Cape Town’s bid was to acknowledge that we are using design thinking as a tool for transformation.
Cape Town’s bid was not about the city claiming that it is already an established ‘design capital’, but instead it was a bid to acknowledge that we are using design thinking as a tool for transformation.
Why did Cape Town bid?
Contemporary Cape Town is a tale of two cities: one a postcard narrative of wild beauty and sophisticated cosmopolitanism, the other a story of poverty and urban degradation. What connects the two realities are its four million inhabitants, who share the same hopes, depend on the same resources and whose future prospects are inseparable.
In the past we were divided by design – by the social engineering of the apartheid era. It is by design, and a reshaping of the cityscape, that a safer, more efficient and inclusive home for all our residents is being forged.
World Design Capital 2014 is not just a programme of events. It represents a step in the process of changing how the city and its people approach development and use innovative thinking and design to transform Cape Town.
As the first World Design Capital from a developing country, and the first from Africa, it is also a chance for Cape Town to help articulate design-based solutions to challenges faced by the 90% of the world’s populations that live in the developing world.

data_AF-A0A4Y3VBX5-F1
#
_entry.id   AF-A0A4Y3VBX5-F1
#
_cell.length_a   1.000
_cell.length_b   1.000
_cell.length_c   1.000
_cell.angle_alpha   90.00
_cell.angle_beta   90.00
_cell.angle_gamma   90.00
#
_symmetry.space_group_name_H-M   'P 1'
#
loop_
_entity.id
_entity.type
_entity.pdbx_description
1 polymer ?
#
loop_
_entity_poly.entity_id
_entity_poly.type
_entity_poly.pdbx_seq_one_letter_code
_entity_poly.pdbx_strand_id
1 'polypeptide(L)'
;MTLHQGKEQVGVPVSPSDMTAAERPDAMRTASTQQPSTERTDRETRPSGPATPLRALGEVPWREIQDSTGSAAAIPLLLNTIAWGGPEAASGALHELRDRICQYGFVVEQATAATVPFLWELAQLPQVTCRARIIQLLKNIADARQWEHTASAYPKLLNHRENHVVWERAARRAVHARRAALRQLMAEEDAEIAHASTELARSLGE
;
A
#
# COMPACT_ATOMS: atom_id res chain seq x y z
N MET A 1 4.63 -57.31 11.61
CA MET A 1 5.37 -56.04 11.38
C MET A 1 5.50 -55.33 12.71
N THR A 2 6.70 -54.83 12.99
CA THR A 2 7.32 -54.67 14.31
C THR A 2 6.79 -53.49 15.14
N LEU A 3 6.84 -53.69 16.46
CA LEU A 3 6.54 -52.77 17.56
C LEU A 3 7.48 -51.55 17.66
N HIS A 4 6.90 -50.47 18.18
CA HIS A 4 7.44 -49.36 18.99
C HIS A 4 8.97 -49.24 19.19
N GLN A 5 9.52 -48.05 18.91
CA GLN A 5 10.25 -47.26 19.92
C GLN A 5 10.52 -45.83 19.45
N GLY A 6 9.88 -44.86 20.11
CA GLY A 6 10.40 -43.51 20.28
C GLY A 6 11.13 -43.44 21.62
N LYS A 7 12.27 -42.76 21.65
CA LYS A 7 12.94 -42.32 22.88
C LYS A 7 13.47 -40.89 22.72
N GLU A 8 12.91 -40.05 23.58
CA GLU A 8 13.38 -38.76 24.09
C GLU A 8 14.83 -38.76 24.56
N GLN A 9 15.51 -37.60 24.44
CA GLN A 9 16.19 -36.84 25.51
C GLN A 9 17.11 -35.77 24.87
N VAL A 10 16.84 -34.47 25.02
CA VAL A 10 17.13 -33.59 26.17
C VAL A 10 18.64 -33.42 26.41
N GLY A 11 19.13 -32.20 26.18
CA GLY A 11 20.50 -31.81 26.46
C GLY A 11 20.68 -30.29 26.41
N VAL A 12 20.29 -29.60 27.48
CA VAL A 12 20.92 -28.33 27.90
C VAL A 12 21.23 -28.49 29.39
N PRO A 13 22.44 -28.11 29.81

The Bid Timeline
The World Design Capital title is awarded in advance, allowing winning cities sufficient time to plan, develop and promote a year-long programme of World Design Capital-themed events for their designated year.
Cape Town’s 465-page World Design Capital 2014 bid book was officially handed over to City of Cape Town Executive Mayor, Alderman Dan Plato, on 30 March 2011, a day before the formal ICSID submission deadline of 31 March 2011.
In July 2011, three shortlisted cities for the World Design Capital 2014 title were announced, and an ICSID site visit to each of these cities took place in July 2011.
Cape Town was designated World Design Capital for 2014 in October 2011.
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